Why Offer Benefits to Your Employees

Employees are the heart of any great business, and key employees and leaders are essential to long term success. Once you get a great team in place and they’re performing well, it’s a huge blow to lose any of your indispensable employees. Benefits are no longer a perk in today’s business world; they’re an expected part of compensation.

Here are few good reasons to offer benefits to your employees:

  • Attract and retain your best employees – By offering quality benefits you will attract and retain qualified candidates for your business and keep your best employees happy.
  • Increase your bottom line – By offering benefits instead of higher wages, you win by having a lower wage base match for state and federal unemployment taxes.
  • Boost morale – By offering By offering a benefits package, you show an invested interest in your employees. In short, benefits can help promote good moral by keeping employees happier and healthier, with less turnover for your business.
  • Promote employee health and wellness – When employees have access to wellness, preventive care, doctor visits, and telemedicine programs, your overall business environment is healthier. Fewer employees out on sick days – and fewer people coming in to work while ill – equals increased productivity and profitability.
  • Beat the competition in the race for talent – By offering an ACA compliant health plan and voluntary benefits, you can beat out almost half of your competitors that do not offer benefits.
  • Create loyalty – Health insurance is an emotional offering. It says to your employee, “you are a valued asset to this company, and we care about your health and wellbeing”
Setting up a Strategic Benefits Plan

In today’s hiring market, a benefits package is essential for attracting and retaining top talent. Once you have great employees on board, how do you keep them from jumping ship? Here’s what you need to know on setting up a strategic benefits plan:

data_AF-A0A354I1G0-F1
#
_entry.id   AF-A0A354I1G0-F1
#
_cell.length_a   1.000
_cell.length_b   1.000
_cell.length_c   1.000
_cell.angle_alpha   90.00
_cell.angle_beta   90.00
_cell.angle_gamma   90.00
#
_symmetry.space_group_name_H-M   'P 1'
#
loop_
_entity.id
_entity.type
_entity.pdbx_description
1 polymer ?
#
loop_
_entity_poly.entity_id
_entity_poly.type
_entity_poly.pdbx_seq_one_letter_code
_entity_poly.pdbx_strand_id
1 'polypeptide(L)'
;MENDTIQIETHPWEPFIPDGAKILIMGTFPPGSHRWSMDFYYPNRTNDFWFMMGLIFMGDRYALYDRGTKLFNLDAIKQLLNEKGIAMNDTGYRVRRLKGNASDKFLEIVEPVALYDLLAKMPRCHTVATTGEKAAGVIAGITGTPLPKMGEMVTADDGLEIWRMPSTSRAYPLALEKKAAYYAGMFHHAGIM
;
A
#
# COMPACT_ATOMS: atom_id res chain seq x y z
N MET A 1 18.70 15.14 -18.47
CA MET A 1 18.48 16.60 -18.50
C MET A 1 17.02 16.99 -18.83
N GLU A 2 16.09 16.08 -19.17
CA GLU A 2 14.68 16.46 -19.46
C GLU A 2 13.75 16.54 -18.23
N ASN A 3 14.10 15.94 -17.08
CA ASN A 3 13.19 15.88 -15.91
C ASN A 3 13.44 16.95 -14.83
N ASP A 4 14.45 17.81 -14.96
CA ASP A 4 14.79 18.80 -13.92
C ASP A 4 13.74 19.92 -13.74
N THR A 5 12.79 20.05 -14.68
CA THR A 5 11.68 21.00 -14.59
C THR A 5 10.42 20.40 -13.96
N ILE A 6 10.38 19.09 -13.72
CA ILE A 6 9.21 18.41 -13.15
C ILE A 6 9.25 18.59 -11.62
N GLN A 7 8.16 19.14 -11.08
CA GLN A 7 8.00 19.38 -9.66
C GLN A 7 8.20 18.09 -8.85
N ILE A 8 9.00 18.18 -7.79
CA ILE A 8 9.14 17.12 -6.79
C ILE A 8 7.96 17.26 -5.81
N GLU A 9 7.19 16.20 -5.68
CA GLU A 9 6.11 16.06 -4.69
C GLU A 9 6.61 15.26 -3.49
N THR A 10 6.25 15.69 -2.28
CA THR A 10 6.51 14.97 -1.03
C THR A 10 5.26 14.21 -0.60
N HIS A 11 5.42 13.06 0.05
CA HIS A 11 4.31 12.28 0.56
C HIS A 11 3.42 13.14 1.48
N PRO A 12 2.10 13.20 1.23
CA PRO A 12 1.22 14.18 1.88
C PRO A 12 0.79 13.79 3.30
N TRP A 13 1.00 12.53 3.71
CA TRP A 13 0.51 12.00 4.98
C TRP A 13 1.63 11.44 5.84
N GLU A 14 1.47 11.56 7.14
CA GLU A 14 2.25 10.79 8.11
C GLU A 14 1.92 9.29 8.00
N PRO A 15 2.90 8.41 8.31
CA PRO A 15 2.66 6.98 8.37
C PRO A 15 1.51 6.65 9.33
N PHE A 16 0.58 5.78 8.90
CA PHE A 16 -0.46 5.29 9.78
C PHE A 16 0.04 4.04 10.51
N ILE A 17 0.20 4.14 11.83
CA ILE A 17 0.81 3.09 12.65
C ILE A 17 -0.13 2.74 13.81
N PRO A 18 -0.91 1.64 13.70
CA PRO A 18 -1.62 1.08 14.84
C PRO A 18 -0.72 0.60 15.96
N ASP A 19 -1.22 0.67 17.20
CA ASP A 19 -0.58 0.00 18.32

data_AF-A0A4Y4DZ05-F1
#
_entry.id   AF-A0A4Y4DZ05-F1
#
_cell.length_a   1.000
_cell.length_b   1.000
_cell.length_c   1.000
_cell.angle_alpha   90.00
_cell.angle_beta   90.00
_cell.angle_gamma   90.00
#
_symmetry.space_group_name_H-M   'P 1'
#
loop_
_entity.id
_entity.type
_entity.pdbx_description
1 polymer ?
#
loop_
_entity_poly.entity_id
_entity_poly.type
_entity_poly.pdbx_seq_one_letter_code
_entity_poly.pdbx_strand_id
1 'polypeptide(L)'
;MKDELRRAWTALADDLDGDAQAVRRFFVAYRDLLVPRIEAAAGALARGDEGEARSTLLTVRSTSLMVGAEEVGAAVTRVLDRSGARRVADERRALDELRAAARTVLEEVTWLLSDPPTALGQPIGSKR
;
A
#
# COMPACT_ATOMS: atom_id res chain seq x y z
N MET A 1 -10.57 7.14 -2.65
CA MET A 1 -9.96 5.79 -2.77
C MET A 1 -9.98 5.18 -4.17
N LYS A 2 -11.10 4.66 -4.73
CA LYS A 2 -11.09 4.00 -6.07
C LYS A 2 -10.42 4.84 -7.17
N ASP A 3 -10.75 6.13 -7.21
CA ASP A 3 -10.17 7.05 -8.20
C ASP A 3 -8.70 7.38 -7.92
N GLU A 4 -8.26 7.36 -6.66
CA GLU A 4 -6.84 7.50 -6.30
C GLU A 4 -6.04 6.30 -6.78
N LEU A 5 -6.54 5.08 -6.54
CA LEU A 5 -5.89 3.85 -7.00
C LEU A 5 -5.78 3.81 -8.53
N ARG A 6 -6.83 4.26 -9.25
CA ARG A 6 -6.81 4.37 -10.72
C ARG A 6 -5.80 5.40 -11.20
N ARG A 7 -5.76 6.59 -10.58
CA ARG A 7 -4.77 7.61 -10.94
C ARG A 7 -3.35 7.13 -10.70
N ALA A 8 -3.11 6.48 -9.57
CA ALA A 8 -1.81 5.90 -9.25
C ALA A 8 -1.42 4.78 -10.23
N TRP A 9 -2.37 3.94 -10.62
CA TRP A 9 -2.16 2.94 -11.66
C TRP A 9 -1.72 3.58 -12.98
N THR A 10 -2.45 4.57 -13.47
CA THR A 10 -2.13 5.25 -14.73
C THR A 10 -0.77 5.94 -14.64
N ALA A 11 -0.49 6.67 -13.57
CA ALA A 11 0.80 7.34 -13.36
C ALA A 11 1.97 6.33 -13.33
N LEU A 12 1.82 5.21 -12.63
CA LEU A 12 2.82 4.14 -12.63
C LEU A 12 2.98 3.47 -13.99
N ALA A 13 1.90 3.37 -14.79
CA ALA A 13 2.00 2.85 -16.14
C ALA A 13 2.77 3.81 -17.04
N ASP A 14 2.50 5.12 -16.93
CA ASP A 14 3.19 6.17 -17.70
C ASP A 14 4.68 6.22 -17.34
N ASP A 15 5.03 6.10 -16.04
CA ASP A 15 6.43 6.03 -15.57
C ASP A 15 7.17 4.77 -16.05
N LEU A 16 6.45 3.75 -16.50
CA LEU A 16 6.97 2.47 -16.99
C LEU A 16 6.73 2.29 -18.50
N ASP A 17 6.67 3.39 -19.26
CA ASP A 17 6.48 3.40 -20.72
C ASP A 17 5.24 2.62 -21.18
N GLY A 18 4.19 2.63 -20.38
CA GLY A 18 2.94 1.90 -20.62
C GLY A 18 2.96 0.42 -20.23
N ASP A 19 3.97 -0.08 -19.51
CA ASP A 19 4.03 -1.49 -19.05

• Don’t do too much too soon – Start with the fundamental benefits, many operators start with a management only plan and grow from there. If you’re taking over a store, disruption of payroll, retirement and healthcare benefits may be vital to keeping employees happy and engaged.
  • Discuss benefit offerings with other operators. It’s important to then look at what you want to compare to. There isn’t a one size fits all or copycat approach that will necessary work, but there will be some obvious benefit choices based on your business and financial priorities of your employees.
  • Set a budget – Determine on what you can afford, not what other Operators are contributing.
  • Provide plenty of options – Choice is so important. An inflexible benefits program will be viewed far less positively then one with options. It’s fairly simple, the wider the offering, the increased likelihood you can meet the individual needs of your whole employee base.
  • Where to go – Once you know what you want, it’s good to go with a trusted partner to create a health and benefits solution that meets your goals.

The key point in offering benefits is not about cost or extravagance. Instead they demonstrate an employer’s investment in its people.